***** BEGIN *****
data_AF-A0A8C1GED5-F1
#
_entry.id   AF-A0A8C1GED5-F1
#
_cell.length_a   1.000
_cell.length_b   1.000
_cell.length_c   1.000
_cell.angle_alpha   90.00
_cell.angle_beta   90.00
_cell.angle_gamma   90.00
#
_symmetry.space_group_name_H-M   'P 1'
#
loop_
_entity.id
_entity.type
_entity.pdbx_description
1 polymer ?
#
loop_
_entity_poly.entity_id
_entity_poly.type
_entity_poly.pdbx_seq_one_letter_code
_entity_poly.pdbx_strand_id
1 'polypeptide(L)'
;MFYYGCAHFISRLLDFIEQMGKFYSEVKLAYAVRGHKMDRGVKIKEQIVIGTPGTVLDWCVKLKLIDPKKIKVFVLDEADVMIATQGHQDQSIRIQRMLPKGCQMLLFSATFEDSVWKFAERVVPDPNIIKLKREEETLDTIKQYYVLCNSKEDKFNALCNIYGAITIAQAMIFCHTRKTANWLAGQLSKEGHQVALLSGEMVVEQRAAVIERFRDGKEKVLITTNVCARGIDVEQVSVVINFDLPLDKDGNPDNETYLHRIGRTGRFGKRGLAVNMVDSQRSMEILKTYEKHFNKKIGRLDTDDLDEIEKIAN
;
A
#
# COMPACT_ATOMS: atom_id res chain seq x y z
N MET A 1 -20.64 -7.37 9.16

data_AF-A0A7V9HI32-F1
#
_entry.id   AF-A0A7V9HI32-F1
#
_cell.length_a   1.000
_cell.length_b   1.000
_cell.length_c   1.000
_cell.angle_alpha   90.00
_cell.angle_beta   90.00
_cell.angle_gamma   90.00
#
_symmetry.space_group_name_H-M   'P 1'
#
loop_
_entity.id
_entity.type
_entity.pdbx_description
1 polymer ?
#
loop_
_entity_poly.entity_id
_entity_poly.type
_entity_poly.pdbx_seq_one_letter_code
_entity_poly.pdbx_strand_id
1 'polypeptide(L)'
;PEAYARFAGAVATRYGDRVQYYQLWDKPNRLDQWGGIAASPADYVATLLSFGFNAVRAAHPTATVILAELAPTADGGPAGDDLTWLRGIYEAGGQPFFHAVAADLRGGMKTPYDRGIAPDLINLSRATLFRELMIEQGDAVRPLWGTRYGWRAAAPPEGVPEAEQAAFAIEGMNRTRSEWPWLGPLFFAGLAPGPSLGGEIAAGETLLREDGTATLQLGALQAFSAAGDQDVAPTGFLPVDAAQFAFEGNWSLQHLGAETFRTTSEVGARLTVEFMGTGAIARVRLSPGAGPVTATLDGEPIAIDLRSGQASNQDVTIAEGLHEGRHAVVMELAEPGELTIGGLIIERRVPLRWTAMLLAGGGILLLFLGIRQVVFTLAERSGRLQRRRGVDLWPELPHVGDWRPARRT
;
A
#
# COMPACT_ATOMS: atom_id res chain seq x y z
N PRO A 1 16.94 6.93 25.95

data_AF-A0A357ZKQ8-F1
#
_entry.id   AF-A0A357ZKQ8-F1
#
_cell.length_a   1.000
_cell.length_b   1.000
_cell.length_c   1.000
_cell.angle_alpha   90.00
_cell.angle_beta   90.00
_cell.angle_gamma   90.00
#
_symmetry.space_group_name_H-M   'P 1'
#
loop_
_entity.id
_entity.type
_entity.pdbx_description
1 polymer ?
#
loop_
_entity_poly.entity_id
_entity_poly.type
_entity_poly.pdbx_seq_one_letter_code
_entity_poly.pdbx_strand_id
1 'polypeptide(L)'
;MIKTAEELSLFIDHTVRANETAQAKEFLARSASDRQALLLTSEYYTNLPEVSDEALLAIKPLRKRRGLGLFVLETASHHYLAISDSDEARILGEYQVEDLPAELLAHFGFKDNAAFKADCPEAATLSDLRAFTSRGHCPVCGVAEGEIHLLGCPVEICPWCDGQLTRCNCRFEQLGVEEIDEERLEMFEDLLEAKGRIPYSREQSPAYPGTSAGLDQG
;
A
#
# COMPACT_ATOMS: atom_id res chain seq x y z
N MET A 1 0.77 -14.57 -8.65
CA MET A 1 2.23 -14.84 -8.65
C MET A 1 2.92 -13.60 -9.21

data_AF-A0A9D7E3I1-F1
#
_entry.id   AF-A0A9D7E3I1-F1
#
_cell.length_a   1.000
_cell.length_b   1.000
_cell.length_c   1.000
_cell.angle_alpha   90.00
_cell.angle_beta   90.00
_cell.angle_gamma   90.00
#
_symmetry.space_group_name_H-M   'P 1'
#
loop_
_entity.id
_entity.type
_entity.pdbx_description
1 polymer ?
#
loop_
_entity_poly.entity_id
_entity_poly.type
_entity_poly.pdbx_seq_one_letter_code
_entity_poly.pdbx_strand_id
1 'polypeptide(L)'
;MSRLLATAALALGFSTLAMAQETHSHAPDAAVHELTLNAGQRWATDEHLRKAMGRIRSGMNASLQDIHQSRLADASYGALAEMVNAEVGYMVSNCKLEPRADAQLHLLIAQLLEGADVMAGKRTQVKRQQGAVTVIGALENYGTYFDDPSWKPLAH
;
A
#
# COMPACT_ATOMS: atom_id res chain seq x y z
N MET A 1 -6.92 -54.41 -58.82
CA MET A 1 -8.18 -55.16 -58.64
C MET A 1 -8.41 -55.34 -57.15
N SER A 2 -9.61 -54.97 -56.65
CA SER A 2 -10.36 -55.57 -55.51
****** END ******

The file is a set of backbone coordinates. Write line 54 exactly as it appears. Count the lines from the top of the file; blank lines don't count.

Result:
_entity_poly.pdbx_seq_one_letter_code